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The French director Jacques Audiard won the grand prize at the 2009 Cannes Film Festival for his drama "A Prophet," which has also been nominated for an Oscar for Best Foreign Film.

The film is set in a French prison largely divided along racial lines between violent gangs of Corsicans and Arabs.

Film critic David Edelstein has a review.

DAVID EDELSTEIN: Jacques Audiard is drawn to the bleakest scenarios imaginable, yet something in him fights against gloom and doom. His terrific 2005 film "The Beat My Heart Skipped" was a remake of James Toback's 1978 "Fingers," which ended in its hero's damnation. But Audiard embraced the romance at the story's core and gave the man a way out.

Now, in his engrossing prison drama "A Prophet," Audiard works with a plot that vaguely resembles Brian De Palma's splattery, cocaine-fueled "Scarface," about an immigrant at the bottom of the food chain who seizes power through violence. But Audiard regards his hero differently. He doesn't celebrate the man, but he doesn't damn him, either.

The movie opens the way many tragedies close, with a character forced to choose between his life and his soul. He is Malik played by Tahar Rahim, a 19-year-old French Arab sentenced to six years for assaulting a policeman under circumstances that remain unclear. When he enters the prison he's tremulous, visibly frightened.

Almost at once he's set upon by the most powerful inmate, an aging Corsican mobster named Cesar played by Niels Arestrup, who orders him to seduce and slit the throat of another French Arab about to testify at a trial. If Malik refuses, he'll die. If he agrees, his survival is ensured. Still, he tries everything to keep from killing a fellow Arab, from blowing the whistle to getting thrown into solitary confinement.

Audiard's camera is extraordinarily intimate: We hover just above Malik's shoulder as he finally acquiesces, as he learns, dribbling blood, to conceal a straight razor in his mouth and to leap from his knees and swing for the jugular. The man marked for death proves to be kindly and attentive, and the violence, when it comes, is clumsy, garish, gruelingly prolonged. Malik grew up in state institutions and is nonreligious, culturally unaffiliated, but now more than ever he's a man without a country. The Corsicans protect him, but call him a dirty Arab and use him as a servant. The Arabs shun him as a Corsican.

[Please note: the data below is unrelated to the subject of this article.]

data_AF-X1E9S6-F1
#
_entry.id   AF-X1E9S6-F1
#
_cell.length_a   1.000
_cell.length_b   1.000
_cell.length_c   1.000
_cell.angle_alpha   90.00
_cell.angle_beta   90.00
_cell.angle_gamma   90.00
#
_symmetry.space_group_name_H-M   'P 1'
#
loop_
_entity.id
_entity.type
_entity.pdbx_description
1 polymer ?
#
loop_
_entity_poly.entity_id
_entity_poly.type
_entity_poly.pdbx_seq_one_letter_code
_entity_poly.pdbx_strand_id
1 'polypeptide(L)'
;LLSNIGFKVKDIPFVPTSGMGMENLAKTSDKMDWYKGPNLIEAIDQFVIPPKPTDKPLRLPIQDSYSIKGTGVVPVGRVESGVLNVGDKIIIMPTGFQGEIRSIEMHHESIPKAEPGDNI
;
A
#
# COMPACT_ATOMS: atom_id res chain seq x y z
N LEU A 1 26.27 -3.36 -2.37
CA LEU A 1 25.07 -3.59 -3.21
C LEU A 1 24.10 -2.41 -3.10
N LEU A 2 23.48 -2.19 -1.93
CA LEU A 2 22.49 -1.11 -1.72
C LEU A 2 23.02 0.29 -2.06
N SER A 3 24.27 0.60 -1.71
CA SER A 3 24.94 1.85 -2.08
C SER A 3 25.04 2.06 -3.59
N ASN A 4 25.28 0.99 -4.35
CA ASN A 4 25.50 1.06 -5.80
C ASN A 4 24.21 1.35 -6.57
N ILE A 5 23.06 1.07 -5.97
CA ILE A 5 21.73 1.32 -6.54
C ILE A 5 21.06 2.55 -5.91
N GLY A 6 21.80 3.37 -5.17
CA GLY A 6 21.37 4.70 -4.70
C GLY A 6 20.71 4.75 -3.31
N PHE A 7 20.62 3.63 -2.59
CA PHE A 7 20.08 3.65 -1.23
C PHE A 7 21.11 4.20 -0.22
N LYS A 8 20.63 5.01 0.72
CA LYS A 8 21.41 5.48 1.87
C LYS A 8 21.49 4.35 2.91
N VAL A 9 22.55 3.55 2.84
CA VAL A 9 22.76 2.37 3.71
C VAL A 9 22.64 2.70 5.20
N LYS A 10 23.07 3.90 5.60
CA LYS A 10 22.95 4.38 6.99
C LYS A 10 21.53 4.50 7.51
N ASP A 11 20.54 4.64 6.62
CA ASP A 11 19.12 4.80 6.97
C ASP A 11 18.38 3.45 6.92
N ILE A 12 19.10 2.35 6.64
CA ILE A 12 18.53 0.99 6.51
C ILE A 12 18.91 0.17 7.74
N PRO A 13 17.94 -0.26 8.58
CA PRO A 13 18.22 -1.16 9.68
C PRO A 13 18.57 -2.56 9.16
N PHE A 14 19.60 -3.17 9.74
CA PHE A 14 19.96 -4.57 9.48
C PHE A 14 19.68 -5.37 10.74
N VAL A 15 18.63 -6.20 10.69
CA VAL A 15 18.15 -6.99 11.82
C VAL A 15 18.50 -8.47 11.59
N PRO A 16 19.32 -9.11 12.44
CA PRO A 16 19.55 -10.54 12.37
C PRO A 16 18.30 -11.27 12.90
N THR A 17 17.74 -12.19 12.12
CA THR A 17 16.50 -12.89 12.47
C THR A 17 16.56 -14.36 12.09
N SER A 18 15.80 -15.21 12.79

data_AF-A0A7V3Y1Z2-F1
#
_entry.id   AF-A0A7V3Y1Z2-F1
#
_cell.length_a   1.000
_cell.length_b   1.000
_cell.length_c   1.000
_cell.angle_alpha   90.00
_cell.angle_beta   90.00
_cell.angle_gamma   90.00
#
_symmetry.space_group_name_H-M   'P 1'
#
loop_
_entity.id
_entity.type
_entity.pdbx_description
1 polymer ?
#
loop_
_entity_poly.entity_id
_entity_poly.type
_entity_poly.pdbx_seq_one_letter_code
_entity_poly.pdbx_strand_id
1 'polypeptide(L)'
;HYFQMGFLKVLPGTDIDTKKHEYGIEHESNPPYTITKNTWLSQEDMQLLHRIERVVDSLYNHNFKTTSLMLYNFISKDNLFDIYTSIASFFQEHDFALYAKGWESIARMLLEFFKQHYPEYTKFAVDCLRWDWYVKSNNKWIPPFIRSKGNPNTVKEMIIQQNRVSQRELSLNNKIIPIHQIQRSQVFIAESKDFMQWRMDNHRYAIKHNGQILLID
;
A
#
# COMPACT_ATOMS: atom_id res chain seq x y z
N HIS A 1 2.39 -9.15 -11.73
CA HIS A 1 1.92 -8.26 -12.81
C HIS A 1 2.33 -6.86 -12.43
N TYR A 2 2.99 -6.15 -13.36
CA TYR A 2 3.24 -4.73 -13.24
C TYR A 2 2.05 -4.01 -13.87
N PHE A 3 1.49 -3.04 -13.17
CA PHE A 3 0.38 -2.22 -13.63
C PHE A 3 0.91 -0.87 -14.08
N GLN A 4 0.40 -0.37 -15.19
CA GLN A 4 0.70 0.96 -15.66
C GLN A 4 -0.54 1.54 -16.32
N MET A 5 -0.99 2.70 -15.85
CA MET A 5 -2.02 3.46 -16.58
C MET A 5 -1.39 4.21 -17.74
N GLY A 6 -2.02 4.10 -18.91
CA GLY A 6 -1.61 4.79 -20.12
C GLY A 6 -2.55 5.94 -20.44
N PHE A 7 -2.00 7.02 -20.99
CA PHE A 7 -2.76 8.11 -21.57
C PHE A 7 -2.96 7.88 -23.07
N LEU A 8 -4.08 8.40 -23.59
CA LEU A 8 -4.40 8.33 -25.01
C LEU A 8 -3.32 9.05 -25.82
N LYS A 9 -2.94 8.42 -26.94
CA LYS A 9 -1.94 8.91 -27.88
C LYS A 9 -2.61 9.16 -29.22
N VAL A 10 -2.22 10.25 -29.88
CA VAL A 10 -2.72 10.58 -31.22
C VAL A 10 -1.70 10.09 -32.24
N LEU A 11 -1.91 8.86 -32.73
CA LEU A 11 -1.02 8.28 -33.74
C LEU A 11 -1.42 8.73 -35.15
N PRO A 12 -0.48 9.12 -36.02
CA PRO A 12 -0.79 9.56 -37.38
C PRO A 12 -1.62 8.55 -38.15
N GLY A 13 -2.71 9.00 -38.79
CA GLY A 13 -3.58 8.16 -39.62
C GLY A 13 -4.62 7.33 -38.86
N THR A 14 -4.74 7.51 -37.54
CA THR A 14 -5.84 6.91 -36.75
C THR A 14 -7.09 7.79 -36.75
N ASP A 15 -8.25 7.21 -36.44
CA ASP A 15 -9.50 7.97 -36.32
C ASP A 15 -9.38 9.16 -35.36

Then, for the more than two hours that remain of "A Prophet," the illiterate Malik learns to read not just books, but the power structure of the prison and the world at large. It's a strange, gripping, sometimes confusing journey, since Malik's features harden and Rahim's performance becomes more internal.

His scenes with the marvelous Arestrup have dizzying crosscurrents. Cesar regularly slaps Malik around, yet as the majority of Corsicans are released from the prison repatriated under new French laws he's dependent on the young Arab as a kind of surrogate son. Meanwhile, with stealth and subtlety, Malik, this man without a country, begins to correct - sometimes brutally - the imbalance of his life and forge a new identity as a Muslim gangster.

"A Prophet" isn't another of those washed-out brownish prison pictures. The colors are warm, the vistas wide. Often, almost matter-of-factly, the boundary disappears between the real and supernatural. The film is sometimes hard to follow. When Malik is permitted to leave the prison for 12 hours at a time and begins to form alliances with Italian, Corsican and Egyptian gangsters, you can't always tell whom he's playing off whom. That's the price you sometimes pay, though, for filmmakers who zig and zag and resist clicking into established grooves. Even when you don't know what Malik is doing, you know he knows.

The title "A Prophet" is ambiguous, since Malik preaches nothing. But his rise is a testament to self-reliance in a malignant universe. The grim central irony is a classic gangster-movie manifesto: It's only via prison that its hero finds existential freedom.

GROSS: David Edelstein is film critic for New York Magazine. You can download podcasts of our show on our Web site at And you can follow us on Twitter and friend us on Facebook at nprfreshair.

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Im Terry Gross.

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